The latest publication of the Gozo Regional Development Authority, Perspettivi, included a very interesting article by a senior economist of the Central Bank of Malta, Kurt Sant. The article, ‘Enhancing employment opportunities for Gozitans: The impact of active labour market policies’ looks at how the tapering of social benefits scheme has changed the labour market in Gozo.
Back in 2013, there were over 700 Gozitans registering for work. Gozitan residents constituted 10% of the total registered unemployed population. Today there are around 60 Gozitans registering for work, constituting just 6% of the total amount of jobless persons. The results speak for themselves.
Something big has changed in Gozo’s labour market over the last decade, and the proportion of Gozitans working in the public sector fell as the number of Gozitans working in the private sector doubled. The study of the senior Central Bank economist indicates that the introduction of the tapering of benefits scheme was a major cause of this transformation. Before the tapering of benefits was introduced, Gozitans had a 13% less chance of moving from benefits to work, when compared to Maltese residents. This probably reflected not just the dearth of job opportunities in Gozo, but also the relatively low wages that the available jobs paid. Faced with little financial incentive to work, a lot of Gozitans on benefits opted to stay put.
After the tapering of benefits scheme became operational, the probability of Gozitan residents to move from social benefits to employment surged, so much so that now they are 22.4% less likely than Maltese residents to move back on benefits.
The author concludes that, “Gozitan workers experience a great improvement from the scheme, not only in terms of job-finding rates but also in terms of their job duration”, and that “the scheme can be considered very successful”.
The effectiveness of the active labour market policy schemes introduced over the past decade was also acknowledged in a European Commission report titled ‘Exploratory study: Filling in the knowledge gaps and identifying strengths and challenges in the effectiveness of Member States’ minimum income schemes’. This study noted that “reforms in Malta … had positive results, and more generally, the introduction or enhancement of tapering arrangements seems to be most beneficial to women and households with children”. Malta’s scheme is the most generous in Europe, and there are only seven EU countries that have some form of tapering, but none for more than a year.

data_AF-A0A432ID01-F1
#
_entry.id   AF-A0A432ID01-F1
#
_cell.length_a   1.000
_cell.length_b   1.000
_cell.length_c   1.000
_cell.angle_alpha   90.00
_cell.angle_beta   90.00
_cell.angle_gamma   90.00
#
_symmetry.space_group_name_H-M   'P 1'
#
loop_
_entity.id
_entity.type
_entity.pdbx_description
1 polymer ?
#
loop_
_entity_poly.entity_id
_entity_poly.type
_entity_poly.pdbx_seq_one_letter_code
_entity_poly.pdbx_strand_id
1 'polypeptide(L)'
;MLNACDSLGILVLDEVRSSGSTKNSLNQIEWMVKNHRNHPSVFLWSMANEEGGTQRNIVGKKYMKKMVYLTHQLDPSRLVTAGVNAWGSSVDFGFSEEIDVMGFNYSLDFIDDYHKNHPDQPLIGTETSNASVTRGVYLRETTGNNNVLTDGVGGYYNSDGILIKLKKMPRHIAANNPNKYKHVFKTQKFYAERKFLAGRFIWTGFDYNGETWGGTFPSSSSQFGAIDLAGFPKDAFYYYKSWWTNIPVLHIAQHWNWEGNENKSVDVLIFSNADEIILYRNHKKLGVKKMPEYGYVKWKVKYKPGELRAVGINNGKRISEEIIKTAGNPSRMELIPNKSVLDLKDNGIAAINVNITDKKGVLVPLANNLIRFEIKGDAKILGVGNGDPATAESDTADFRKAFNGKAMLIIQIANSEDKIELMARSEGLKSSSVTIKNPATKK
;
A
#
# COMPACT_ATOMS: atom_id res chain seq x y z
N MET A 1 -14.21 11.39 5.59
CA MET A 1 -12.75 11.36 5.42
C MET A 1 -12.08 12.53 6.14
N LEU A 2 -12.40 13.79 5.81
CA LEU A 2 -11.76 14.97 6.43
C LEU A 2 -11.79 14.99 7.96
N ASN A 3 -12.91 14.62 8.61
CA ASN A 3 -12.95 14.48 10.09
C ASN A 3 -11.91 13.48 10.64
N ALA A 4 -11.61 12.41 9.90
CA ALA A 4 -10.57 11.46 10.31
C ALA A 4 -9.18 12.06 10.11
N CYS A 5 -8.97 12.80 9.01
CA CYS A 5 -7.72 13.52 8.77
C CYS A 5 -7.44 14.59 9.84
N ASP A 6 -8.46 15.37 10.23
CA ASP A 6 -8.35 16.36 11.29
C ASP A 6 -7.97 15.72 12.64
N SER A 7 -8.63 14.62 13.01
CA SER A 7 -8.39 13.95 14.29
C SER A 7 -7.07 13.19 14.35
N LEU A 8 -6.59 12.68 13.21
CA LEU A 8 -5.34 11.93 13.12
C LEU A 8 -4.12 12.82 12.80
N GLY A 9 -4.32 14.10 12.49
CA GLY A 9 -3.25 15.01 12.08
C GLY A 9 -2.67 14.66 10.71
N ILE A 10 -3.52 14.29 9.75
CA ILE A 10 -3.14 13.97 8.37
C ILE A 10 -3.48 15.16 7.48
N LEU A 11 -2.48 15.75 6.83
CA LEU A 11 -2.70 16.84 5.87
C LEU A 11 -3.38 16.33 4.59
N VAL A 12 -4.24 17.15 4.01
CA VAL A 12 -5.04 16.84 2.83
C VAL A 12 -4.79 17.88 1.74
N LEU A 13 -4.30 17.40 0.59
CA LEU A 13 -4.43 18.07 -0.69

When looking at the Maltese case, the European Commission notes that “these changes have resulted in a considerable decrease in spending on social benefits, with savings reported to be in the region of €24 million between 2014 and 2018 alone”. Moreover, the study concludes that “poverty figures have improved dramatically with the severe material deprivation rate falling 6.9 percentage points from 10.2% in 2013 to 3.3% in 2020 and the material deprivation rate falling 11.2 percentage points from 19.9% to 8.7%”. The Commission also reported that “90% of those benefitting from tapered benefits remain in employment after the 3-year period had elapsed”.
The Commission’s study concludes that “the impact of the tapering of benefits scheme in Malta, by far the most ambitious of the reforms, has been assessed as being very positive in terms of enabling transition to employment and reducing poverty”. The results for the other countries were mixed, and this shows that the design of the Maltese scheme is superior.
The social policy reforms introduced in Malta in the past years are not just a major legacy that will benefit Maltese and Gozitan families. Thanks to studies like the European Commission’s, they could also lead to similar reforms across Europe for the benefit of millions of Europeans.
Photo: Malte Luk